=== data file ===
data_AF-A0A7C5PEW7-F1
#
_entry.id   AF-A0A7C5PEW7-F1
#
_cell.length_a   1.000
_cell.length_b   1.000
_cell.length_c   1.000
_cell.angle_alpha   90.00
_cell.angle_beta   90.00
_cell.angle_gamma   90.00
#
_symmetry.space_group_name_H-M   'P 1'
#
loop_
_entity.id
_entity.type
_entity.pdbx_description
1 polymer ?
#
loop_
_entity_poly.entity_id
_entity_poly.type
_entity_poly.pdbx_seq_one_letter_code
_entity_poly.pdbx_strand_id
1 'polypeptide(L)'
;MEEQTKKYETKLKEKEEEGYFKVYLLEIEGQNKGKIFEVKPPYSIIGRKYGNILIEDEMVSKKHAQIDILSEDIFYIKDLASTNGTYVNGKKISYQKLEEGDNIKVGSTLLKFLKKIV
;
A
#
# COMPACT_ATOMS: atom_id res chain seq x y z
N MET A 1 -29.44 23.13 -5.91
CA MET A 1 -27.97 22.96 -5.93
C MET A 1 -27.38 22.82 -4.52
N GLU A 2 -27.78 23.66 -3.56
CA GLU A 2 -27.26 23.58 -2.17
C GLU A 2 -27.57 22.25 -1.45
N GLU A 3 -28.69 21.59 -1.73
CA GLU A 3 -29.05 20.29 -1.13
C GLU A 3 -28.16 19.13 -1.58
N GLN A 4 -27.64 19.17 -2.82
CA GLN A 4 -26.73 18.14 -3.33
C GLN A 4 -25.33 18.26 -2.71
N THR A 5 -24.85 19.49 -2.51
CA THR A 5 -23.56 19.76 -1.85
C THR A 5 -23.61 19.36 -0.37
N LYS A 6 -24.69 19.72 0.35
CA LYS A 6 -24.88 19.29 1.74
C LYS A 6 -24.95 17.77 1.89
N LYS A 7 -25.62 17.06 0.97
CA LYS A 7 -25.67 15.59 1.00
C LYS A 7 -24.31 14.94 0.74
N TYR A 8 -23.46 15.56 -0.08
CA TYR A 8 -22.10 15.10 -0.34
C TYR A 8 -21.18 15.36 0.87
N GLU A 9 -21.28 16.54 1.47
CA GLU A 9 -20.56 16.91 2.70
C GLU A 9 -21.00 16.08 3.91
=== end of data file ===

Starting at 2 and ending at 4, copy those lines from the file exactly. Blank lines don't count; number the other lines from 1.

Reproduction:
#
_entry.id   AF-A0A7C5PEW7-F1
#